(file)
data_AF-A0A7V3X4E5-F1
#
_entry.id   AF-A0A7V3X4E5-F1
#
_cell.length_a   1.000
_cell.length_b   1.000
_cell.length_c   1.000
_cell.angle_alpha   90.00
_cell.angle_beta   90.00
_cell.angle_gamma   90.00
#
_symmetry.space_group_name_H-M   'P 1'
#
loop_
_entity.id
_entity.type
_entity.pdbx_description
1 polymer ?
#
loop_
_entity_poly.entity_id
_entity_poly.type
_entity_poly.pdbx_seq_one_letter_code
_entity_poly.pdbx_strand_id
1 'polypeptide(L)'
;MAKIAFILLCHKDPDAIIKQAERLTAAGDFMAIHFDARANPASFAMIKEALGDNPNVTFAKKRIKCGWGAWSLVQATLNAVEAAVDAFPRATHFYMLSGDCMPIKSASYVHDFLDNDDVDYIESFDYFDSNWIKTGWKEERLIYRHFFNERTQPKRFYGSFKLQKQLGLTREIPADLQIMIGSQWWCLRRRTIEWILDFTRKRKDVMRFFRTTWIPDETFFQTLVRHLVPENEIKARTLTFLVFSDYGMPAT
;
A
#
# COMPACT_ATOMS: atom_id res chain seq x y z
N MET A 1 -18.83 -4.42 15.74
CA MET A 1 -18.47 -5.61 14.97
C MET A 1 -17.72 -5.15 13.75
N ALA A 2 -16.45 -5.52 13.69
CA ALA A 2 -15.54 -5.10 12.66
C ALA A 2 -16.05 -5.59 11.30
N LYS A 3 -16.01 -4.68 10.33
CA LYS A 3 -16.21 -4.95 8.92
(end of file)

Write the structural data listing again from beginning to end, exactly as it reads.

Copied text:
data_AF-A0A7V3X4E5-F1
#
_entry.id   AF-A0A7V3X4E5-F1
#
_cell.length_a   1.000
_cell.length_b   1.000
_cell.length_c   1.000
_cell.angle_alpha   90.00
_cell.angle_beta   90.00
_cell.angle_gamma   90.00
#
_symmetry.space_group_name_H-M   'P 1'
#
loop_
_entity.id
_entity.type
_entity.pdbx_description
1 polymer ?
#
loop_
_entity_poly.entity_id
_entity_poly.type
_entity_poly.pdbx_seq_one_letter_code
_entity_poly.pdbx_strand_id
1 'polypeptide(L)'
;MAKIAFILLCHKDPDAIIKQAERLTAAGDFMAIHFDARANPASFAMIKEALGDNPNVTFAKKRIKCGWGAWSLVQATLNAVEAAVDAFPRATHFYMLSGDCMPIKSASYVHDFLDNDDVDYIESFDYFDSNWIKTGWKEERLIYRHFFNERTQPKRFYGSFKLQKQLGLTREIPADLQIMIGSQWWCLRRRTIEWILDFTRKRKDVMRFFRTTWIPDETFFQTLVRHLVPENEIKARTLTFLVFSDYGMPAT
;
A
#
# COMPACT_ATOMS: atom_id res chain seq x y z
N MET A 1 -18.83 -4.42 15.74
CA MET A 1 -18.47 -5.61 14.97
C MET A 1 -17.72 -5.15 13.75
N ALA A 2 -16.45 -5.52 13.69
CA ALA A 2 -15.54 -5.10 12.66
C ALA A 2 -16.05 -5.59 11.30
N LYS A 3 -16.01 -4.68 10.33
CA LYS A 3 -16.21 -4.95 8.92